After about a week of waiting the moment arrived, I excitedly opened the box and took out the very bright red and yellow Gocco. Where to start? Well I’d been doodling in my sketchbook all week and had an idea of what image I wanted to use. As I don’t have a photocopier or a laser printer at home I decided to re-draw my favourite image on a piece of plain white paper with the carbon pen included in the kit.

I’m not going to go in to details of how to put the Gocco together, I used this tutorial by felt café (who I bought the machine from) so I highly recommend following that. One thing I will add- look away when the bulbs flash. I did, but my boyfriend didn’t and apparently it’s very bright! I was so excited when the bulbs went off, it meant I’d put it together properly (which was very easy). This is what the bulbs look like after they’ve flashed (you can only use them once and don’t touch them until they’re cool).

Used bulbs

So we have our exposed screen, next step is to ink it up. Again, follow the tutorial for more information. I kept it simple with just black ink but you can use multiple colours on one screen.

Gocco in action

The picture above shows the inked up screen back in the gocco. Then we just had to put the cardstock in place and get printing. It was really that easy! I made 12 cards and easily could have made a lot more, there was plenty of ink left on the screen.

Now, apparently you can clean the screens and store them for future use. Hmmmm. Well I didn’t have much luck with that so please, if you have any advice on this, add a comment below! I’ve heard baby oil is good so I’ll have to try that to clean the screens next time.

I left the cards to dry and then added watercolours. Here’s a finished card.

Watercolour added to gocco card

I still have lots to learn about Print Gocco, I want to buy more colours and try multi-colour and multi-screen prints, however it’s great how easy it is to get started with this little machine. Give it a try!


The small object- gocco tutorial
A flickr photo tutorial by kev/null
Tutorial by clsr-stamp
Felt café gocco tutorial


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Tutorial Try Out 5 – Anne’s no-knead bread by Posy gets Cozy

This Easter weekend I finally got a chance to try out the Anne’s no-knead Bread I found on Posy gets Cozy here.


Combine and put aside:

  • 2 cups of flour
  • 1/4 cup of sugar
  • 1 teaspoon of salt
  • 3 tsp of yeast

Heat untill warm:

  • 1 cup of water
  • 1 cup of milk
  • 1/4 cup of vegetable oil I used conola

Have on hand

  • 1 egg
  • 2 -21/2 cups of flour
  • butter
  • loaf pan

First I heated the liquids untill sort of lukewarm added the egg. Then stirred al that into the flour/sugar/yeast/salt mix and turned the mixer onto low. After that a couple of minutes on medium speed. Stir in another 2 cups of flour by hand cover and leave on the bench to rise for 50-60 minutes. Preheat oven to 180C and spoon mixture into greased loaf pan. In the oven for 30-35 minutes and voila a very yummy (and easy) sweet bread. We had it with butter and lemon curd for breakfast.I think it would also be lovely to try a savoury one with bacon and onion maybe something to try out next week!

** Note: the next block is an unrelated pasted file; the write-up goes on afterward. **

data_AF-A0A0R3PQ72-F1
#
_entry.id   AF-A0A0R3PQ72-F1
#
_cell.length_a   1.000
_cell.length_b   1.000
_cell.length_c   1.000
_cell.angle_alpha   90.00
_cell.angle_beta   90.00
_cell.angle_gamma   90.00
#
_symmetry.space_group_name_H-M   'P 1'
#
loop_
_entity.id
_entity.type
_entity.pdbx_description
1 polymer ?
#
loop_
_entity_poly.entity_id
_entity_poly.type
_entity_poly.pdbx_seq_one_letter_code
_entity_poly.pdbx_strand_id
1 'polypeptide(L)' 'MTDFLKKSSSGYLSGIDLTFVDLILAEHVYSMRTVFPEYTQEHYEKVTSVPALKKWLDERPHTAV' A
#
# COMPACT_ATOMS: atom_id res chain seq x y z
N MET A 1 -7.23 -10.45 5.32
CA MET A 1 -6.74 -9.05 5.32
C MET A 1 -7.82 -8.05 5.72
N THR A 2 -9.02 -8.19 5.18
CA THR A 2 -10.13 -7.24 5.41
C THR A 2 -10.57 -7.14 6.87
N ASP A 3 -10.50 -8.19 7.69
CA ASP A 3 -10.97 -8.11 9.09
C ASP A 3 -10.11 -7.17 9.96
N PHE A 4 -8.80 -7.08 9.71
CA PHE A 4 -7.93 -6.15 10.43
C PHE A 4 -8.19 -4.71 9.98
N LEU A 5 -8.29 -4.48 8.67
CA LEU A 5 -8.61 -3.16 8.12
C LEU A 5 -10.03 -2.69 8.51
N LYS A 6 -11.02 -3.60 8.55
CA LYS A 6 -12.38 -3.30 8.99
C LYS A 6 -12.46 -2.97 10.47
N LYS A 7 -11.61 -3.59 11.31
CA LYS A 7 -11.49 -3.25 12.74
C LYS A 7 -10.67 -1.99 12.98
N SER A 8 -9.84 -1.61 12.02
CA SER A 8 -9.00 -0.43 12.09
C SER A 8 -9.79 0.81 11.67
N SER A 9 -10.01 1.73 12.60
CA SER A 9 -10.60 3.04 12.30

Here was my finished product:

no knead bread

no knead bread 2

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Tutorial Try Out 4 – Owl by Moonstitches

After I found this tutowlrial on the 26th of March I could hardly wait to start on these very cute owls. I found a template for the pattern here it’s on the top of the page which I found very handy and together with Moonstiches excellent photo’s there was not a lot to write about. The only problem I had was that my sewing machine has mysteriously broken down after 2, 5 year olds had been touching it. “I did not do anything Mum.. really..” Unable to wait I handstitched my little owl together, I think making it on the machine would give a nicer finish though so I will definately try again once I have figured out which part of my machine has been touched….

Anyway enough talk, here is my first owl.

finsihed owl

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Tutorial Try Out 3 – Button Flowers by One more Moore

I found this tutorial on One More Moore last Friday and knew that this was going to be my next Tutorial Try Out. I mean these little button flowers are just too cute. 🙂 So here we go! Materials needed

  • Bowl of buttons in heaps of sizes and colors
  • 24 Gaugue 1/4 lb Green Wire (I only had purple and silver in 28 Gauge)
  • felt in different colors and sizes
  • Scissors
  • Needle & Embroidery Floss /Thread
  • Jewellery tool for bending wire and twisting the ends

button flowers materials needed First I started cutting of a piece of wire. I wanted the total height to be around 20cm so I cut a piece of 40cm, doubled it up and started to put the put the smallest button on working my way up to the largest one. Instead of making flowers I cut some circles a little larger than the biggest button and put them on last to fill the bouquet up a bit. felt circle After some fiddling around I definately know now that I should have bought the 24 Gauge wire so I might take this one apart later this week and replace the wire. Still another very quick and easy project and a pretty result. button flowers